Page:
Wednesday, May 7, 2014
Classic Films in Focus: THE RETURN OF DOCTOR X (1939)
Bogart plays Marshall Quesne, the mysterious assistant of the prominent blood specialist Dr. Flegg (John Litel). When a famous actress (Lya Lys) inexplicably recovers from being murdered, the doctor is consulted about the case by dogged reporter Walt “Wichita” Garrett (Wayne Morris) and junior physician Mike Rhodes (Dennis Morgan). A second murder deepens the plot, and the two young men begin to think that Dr. Flegg and his strange associate know more about the deaths than they’re saying. Their investigation uncovers the incredible truth but also endangers the life of Mike’s new love interest, Joan (Rosemary Lane), a pretty nurse whose blood type matches that of both of the murder victims.
Technically, Bogart’s character is just a supporting role, but his subsequent fame and his intense performance make him the player to watch. Wayne Morris is genial but rather mild as the reporter, especially in comparison to Lee Tracy, who plays the same type of character in the original Doctor X (1932). Although they make credible leads in other pictures, Dennis Morgan and Rosemary Lane just don’t have that much to do as the obligatory romantic pair, and they’re consistently less interesting than the creepy characters. Lya Lys has some effective scenes as the undead Angela Merrova, while John Litel really looks the part of the dangerously obsessed academic in his goatee and monocle, but from the moment he first turns up Bogart really steals the movie. We first see him, with his white-striped hair and deathly pallor, in full mad scientist garb, weirdly accompanied by a white rabbit cradled in the crook of his arm. He looks like the long-lost grandfather of Johnny Depp as Sweeney Todd. In just a few moments on screen Bogart manages to convey both the menace and the pathos of his character, who describes both himself and the rabbit as “victims of circumstance.”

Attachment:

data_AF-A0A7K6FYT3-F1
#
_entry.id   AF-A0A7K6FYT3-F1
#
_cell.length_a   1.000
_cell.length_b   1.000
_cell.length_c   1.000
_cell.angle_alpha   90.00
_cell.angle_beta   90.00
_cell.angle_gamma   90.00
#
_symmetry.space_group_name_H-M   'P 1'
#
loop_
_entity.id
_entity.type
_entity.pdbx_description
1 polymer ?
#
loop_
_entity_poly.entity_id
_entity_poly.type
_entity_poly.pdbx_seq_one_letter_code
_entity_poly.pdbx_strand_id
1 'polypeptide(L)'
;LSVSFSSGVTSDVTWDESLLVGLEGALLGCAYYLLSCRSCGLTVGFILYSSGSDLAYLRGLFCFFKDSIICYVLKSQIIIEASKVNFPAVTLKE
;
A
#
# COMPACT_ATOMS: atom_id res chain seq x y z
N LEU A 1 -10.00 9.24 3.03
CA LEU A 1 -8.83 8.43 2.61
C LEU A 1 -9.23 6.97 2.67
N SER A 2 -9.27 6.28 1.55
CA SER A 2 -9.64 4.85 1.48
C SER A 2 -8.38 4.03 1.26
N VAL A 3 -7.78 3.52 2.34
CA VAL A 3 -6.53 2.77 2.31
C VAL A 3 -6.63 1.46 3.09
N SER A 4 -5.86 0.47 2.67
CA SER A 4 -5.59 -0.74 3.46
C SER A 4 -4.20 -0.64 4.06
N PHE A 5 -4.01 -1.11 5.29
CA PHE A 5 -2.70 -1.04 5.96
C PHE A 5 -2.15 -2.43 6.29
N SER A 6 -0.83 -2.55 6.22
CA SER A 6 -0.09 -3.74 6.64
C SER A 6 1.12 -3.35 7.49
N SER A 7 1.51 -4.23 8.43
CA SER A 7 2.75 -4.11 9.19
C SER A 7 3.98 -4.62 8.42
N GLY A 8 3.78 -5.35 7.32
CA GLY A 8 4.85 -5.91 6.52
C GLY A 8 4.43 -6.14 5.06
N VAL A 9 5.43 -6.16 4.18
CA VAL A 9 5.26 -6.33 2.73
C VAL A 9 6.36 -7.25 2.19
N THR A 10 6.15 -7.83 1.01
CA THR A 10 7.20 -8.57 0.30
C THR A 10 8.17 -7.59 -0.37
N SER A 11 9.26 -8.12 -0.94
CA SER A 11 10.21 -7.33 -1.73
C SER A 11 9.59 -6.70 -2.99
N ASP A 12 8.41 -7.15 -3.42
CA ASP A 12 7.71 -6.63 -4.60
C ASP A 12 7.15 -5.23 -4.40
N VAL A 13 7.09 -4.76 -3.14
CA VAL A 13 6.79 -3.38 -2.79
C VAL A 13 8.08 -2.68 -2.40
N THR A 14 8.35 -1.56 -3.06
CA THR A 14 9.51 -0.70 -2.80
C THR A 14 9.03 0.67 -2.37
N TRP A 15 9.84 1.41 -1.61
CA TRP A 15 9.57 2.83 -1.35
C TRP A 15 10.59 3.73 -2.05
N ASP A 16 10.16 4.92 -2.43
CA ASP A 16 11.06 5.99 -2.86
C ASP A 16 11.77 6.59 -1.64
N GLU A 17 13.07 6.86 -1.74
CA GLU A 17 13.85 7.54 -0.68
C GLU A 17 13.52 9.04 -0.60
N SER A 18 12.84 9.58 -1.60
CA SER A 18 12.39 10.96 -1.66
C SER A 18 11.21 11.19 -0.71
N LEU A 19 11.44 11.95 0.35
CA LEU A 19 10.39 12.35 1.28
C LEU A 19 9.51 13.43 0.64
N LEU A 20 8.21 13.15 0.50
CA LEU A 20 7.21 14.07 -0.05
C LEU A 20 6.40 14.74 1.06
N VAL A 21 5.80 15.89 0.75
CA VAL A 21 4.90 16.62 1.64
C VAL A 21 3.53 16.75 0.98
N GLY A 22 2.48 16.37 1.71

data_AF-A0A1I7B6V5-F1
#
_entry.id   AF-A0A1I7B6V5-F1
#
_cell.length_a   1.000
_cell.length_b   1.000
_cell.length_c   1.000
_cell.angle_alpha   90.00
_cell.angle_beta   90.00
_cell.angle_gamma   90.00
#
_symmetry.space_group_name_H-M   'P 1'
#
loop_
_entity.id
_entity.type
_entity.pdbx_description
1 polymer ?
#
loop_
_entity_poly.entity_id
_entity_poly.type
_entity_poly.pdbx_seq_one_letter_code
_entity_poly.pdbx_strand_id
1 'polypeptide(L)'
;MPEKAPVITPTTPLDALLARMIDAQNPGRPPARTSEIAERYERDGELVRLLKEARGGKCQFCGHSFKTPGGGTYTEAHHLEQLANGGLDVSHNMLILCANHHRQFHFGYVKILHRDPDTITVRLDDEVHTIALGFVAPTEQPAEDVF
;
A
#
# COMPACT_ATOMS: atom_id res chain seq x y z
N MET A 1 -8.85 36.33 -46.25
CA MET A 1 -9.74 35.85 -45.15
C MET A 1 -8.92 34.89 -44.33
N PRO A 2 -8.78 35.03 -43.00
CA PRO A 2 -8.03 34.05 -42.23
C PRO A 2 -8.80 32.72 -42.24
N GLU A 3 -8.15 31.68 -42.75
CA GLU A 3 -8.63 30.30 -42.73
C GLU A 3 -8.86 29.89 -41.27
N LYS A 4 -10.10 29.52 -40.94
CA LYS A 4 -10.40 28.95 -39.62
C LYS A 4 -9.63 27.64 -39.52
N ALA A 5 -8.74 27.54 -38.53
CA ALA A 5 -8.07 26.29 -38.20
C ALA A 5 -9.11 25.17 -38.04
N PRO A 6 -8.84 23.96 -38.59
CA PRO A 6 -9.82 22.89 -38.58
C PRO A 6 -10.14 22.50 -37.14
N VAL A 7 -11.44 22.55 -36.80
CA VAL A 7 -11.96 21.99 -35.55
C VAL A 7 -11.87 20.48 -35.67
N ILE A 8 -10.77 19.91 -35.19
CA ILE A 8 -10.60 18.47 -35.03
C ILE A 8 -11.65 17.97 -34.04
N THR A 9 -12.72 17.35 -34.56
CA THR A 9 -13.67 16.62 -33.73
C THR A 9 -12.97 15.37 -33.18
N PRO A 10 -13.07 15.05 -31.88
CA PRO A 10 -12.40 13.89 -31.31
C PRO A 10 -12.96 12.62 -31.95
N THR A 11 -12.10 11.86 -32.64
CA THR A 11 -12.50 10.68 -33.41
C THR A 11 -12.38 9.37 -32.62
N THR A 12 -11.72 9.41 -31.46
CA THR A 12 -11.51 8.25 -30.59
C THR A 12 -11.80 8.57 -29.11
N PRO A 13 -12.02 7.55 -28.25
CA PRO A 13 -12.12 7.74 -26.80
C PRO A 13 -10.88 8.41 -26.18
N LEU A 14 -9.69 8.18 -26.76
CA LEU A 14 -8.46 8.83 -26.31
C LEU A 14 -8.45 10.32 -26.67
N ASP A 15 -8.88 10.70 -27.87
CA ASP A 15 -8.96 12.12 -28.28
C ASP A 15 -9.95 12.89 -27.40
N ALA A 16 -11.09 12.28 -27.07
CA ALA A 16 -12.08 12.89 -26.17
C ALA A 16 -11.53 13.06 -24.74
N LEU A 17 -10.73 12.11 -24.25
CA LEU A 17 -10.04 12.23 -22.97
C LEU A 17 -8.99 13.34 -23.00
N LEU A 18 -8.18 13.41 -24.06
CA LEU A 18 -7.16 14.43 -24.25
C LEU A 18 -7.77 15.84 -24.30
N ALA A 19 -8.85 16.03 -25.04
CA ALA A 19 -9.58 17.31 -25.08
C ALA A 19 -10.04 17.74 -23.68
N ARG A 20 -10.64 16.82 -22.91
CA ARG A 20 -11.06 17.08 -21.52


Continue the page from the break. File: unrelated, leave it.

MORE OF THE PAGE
The specific circumstance that dictates Quesne’s fate makes The Return of Doctor X intriguing as a blend of the scientific hubris of Frankenstein and the bloodlust of Dracula. Dr. Flegg uses manipulation of the blood, plus his own invention of a synthetic substitute, to bring the dead back to life; unfortunately, his patients must have a constant supply of new blood to replenish their systems. Although the vampires of this story require transfusions rather than exposed necks, the murder victims end up drained of their blood just the same. While Angela and Quesne both have the pale faces, cold flesh, and strange manner typical of the 1930s screen vampire, their monstrosity is born of science, not the supernatural. Neither of them chooses to become what they are, yet they cling to their unnatural lives with grim determination. Later movies, like Near Dark (1987) and Blade (1998), would further explore the idea of vampirism as a matter of hematology, but in this picture the theme is yoked to the overreaching ambition of a scientist determined to play God. Near the end of the movie, Flegg, the Victor Frankenstein of this narrative, predictably laments, “My experiments have turned into madness. I’ve created a monster.” We understand that his intentions were the very best, but perhaps he ought to have expected this outcome when he chose a crazed scientist executed for child murder as his test subject.
The Return of Doctor X is only nominally a sequel to the 1932 film, Doctor X, which stars Lionel Atwill as the title character. The 1939 movie was the directorial debut of Vincent Sherman, who went on to make Mr. Skeffington (1944), Adventures of Don Juan (1948), and The Damned Don’t Cry (1950). See more of Humphrey Bogart’s heavies in The Petrified Forest (1936), Angels with Dirty Faces (1938), and The Oklahoma Kid (1939). Wayne Morris also stars with Bogart in Kid Galahad (1937) and with Dennis Morgan in Bad Men of Missouri (1941).
The Return of Doctor X is currently available for streaming on Warner Archive Instant.